Curtains down on Pak President: He’s gone
The former General’s future is a matter of wild speculation in Pakistan and abroad: Where will he go? What will he do? And there are no answers at the moment, writes Kamal Siddiqi. Full CoverageUpdated: Aug 19, 2008 00:42 IST
The sober grey suit and tie were just right for the occasion. It was Pervez Musharraf’s last day in office as president of Pakistan. He addressed the nation in a televised speech, took the guard of honour for one last time and left.
The former general’s future is a matter of wild speculation in Pakistan and abroad: Where will he go? What will he do? And there are no answers at the moment, only choices and options.
Analysts believe that Musharraf has gone as part of a deal, overseen by the Pakistan Army, which will not allow its former chief to be humiliated.
Senate Chairman Mohammedmian Soomro assumed the office of acting president later in the day. A fulltime successor will have to be named within the next four months according to the constitution.
The coalition government that has forced down Musharraf — by threatening to impeach him — is divided on its plans for him. Some leaders — especially those with former PM and a bitter critic Nawaz Sharif — want to put him on trial.
Others appear willing to let him walk into the sunset.
As for himself, Musharraf said in his speech on Monday: “I leave my future in the hands of my people.” More importantly, however, in the hands of aides and world leaders who have been in talks to ensure a safe and secure future for him.
It’s not an easy situation for the country. Its first military dictator – Ayub Khan – died a quiet death after being forced out of office and its last– Zia-ul- Haq — died in an air crash no one has been able to explain satisfactorily yet.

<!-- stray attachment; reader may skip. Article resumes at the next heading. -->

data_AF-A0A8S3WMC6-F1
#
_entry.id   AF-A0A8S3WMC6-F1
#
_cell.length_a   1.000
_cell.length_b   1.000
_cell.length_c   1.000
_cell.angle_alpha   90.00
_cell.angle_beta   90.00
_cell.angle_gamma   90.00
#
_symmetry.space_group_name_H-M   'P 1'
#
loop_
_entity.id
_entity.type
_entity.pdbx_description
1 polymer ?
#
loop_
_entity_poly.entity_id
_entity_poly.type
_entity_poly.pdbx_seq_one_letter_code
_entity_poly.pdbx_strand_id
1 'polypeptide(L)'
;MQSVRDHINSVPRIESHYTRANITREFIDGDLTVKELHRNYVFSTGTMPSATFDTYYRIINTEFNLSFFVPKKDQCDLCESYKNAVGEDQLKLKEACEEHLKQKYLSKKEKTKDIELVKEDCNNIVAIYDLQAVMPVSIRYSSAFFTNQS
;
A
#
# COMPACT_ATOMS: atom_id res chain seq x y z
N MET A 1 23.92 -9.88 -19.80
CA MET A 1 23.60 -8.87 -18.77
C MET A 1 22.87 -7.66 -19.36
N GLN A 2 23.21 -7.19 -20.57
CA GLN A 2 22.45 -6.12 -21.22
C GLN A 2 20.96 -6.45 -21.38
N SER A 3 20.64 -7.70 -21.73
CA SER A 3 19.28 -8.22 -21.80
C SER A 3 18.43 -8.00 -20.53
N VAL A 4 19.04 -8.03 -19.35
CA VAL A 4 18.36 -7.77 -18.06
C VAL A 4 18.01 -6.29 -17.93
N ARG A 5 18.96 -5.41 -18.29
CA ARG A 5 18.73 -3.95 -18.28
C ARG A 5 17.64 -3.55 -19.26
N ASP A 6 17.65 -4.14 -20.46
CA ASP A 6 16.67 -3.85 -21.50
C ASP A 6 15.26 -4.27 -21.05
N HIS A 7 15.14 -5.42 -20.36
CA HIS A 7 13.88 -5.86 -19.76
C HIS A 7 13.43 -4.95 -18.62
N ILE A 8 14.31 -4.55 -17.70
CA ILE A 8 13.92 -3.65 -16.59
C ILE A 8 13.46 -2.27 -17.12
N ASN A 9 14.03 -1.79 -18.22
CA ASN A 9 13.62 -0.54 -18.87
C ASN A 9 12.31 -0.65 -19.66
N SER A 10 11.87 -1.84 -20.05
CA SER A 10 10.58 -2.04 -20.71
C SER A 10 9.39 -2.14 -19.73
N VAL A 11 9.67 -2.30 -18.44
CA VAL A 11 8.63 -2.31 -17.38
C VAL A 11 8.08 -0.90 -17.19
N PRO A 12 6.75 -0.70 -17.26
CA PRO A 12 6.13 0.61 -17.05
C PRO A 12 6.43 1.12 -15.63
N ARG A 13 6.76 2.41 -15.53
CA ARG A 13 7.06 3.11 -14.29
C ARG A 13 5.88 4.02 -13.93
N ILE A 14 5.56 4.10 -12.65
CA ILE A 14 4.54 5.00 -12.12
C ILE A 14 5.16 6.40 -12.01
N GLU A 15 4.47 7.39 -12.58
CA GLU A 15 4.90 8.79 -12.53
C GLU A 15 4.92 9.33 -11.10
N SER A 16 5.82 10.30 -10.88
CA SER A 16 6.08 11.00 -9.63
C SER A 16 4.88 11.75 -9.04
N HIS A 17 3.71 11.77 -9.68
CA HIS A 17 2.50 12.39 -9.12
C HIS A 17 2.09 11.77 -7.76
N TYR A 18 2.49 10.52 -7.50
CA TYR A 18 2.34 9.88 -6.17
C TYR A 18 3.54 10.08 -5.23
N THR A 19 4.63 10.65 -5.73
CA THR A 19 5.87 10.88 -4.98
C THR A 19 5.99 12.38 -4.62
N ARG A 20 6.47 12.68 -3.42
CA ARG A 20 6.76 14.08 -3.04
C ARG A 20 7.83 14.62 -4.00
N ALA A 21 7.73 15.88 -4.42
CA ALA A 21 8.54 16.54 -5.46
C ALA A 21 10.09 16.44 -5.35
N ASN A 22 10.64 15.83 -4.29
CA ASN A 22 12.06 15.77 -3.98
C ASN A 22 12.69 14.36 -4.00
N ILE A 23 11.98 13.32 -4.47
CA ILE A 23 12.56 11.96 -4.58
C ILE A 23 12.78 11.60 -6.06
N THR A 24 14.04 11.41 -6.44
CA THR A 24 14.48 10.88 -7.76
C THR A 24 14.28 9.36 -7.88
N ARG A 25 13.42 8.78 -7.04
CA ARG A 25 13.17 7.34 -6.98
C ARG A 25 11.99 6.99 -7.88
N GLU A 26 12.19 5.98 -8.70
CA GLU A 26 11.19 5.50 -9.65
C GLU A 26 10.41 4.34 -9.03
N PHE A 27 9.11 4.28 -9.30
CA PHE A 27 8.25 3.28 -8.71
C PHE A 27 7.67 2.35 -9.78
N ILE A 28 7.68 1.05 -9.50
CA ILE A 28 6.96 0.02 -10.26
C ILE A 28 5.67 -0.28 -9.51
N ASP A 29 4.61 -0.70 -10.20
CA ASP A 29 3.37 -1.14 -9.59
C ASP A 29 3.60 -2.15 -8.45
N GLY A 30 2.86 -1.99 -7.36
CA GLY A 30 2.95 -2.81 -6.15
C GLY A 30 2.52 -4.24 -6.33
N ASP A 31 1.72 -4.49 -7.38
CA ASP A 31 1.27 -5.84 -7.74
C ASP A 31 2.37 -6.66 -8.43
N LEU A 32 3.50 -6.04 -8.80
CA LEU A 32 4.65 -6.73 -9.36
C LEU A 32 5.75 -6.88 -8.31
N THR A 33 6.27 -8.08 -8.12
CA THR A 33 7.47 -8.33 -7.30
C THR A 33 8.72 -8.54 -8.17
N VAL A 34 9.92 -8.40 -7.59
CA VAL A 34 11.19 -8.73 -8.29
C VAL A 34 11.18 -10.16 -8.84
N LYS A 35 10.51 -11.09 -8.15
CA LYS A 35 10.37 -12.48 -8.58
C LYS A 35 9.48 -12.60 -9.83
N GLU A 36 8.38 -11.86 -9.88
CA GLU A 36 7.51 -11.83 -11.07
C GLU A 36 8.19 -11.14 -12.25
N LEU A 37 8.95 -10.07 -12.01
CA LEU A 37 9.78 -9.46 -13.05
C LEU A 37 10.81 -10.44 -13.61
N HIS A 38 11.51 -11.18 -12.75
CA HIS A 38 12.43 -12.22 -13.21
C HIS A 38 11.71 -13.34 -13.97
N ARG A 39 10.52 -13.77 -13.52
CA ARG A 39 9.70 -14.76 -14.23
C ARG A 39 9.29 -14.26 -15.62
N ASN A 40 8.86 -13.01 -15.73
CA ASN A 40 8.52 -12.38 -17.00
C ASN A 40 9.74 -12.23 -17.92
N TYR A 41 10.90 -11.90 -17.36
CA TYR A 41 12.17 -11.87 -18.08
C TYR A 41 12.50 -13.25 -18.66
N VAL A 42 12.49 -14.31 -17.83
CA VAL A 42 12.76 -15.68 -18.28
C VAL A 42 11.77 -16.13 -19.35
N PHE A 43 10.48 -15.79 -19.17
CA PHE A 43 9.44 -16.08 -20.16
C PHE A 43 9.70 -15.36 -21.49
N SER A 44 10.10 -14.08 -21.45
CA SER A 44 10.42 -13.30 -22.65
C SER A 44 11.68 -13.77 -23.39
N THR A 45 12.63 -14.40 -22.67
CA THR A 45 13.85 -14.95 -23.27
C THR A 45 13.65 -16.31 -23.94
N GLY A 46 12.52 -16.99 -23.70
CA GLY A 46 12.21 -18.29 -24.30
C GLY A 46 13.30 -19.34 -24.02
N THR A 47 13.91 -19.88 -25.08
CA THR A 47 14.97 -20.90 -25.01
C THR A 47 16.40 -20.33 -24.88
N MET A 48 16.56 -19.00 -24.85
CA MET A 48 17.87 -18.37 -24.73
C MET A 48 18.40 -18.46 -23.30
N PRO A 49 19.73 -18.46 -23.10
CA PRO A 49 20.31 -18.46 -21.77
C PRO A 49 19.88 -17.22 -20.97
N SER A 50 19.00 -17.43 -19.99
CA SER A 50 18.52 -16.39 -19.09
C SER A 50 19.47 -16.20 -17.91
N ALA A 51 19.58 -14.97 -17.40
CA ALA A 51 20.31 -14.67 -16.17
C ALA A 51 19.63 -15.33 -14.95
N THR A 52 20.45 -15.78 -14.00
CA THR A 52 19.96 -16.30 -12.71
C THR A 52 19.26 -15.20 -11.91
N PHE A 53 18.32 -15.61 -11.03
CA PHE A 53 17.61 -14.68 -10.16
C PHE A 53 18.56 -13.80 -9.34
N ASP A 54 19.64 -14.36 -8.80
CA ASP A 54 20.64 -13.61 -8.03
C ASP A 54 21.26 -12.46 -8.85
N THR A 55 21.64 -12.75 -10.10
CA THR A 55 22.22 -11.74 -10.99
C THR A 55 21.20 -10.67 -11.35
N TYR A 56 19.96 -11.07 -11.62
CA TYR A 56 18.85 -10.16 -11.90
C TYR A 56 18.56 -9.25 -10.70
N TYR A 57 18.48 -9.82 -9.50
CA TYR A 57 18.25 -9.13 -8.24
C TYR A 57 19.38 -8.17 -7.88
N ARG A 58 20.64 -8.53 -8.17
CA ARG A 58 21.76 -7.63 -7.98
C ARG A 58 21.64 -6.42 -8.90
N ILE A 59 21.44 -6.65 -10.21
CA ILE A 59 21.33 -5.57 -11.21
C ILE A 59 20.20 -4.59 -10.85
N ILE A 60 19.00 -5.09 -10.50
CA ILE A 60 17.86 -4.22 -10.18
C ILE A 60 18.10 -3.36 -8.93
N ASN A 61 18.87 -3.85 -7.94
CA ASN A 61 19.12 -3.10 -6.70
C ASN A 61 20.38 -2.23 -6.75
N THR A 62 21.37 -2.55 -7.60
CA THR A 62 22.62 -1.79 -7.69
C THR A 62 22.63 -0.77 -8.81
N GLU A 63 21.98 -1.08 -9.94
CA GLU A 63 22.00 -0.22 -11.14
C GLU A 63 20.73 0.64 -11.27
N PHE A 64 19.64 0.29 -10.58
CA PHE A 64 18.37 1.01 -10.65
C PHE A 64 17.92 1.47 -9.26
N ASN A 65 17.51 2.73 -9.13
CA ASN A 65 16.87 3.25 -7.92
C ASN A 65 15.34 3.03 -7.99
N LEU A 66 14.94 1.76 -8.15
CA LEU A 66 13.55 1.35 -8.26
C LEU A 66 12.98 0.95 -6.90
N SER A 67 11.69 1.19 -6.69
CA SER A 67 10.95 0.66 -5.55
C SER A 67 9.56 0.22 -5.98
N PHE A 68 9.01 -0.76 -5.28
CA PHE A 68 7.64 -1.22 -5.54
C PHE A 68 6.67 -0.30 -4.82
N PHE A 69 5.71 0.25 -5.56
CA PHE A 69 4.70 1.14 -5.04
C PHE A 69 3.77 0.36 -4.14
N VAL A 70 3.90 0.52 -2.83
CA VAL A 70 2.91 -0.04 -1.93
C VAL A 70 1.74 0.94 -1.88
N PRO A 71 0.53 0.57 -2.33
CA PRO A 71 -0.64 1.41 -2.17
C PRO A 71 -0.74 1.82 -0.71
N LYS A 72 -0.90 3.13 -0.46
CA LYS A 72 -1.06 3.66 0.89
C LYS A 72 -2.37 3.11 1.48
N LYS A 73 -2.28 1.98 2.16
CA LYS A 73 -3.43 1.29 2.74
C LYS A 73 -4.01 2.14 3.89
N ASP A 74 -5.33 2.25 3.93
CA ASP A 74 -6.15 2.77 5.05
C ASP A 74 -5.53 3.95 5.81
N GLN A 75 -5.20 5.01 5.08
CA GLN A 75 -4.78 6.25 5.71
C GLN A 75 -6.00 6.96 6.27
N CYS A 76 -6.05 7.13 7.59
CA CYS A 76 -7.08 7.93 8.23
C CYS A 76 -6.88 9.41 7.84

Musharraf is extremely vulnerable in Pakistan, and that his best option is to leave the country. There is no official word on it yet, so every one has a view and theory on where he may be headed.
Saudi Arabia is the favoured destination. A big reason for this has been the recent visit by a Saudi emissary. After it was refuted, rumours started about the United Arab Emirates. And then there are Turkey and the United States of America.
Some local media reports have said Musharraf wants to live in Pakistan, by a golf course. But officials said that the possibility of him living outside a security zone was remote.
Musharraf owns a farmhouse in Chak Shahzad, in the suburbs of Islamabad, which could be a possible residence for him. Secuity for a man who has survived several assassination attempts is a major concern, but Special Security Guard cover would continue.
His supporters said living in Pakistan or abroad was a "non-issue." Kashmala Tariq, a member of the national assembly, said it was unfair to speculate on where he would live. “He has freedom of movement and can take up residence elsewhere.”
Chaudhry Nisar Ali Khan, a member of the PML-N party, said he would want Musharraf to stay back and adequate security would be provided to him.
And he could return to politics. Kashmala Tariq said that the chances of Musharraf ending up in politics were bright. “I hope he takes over the PML-Q. This is the party which he started and he should head it.”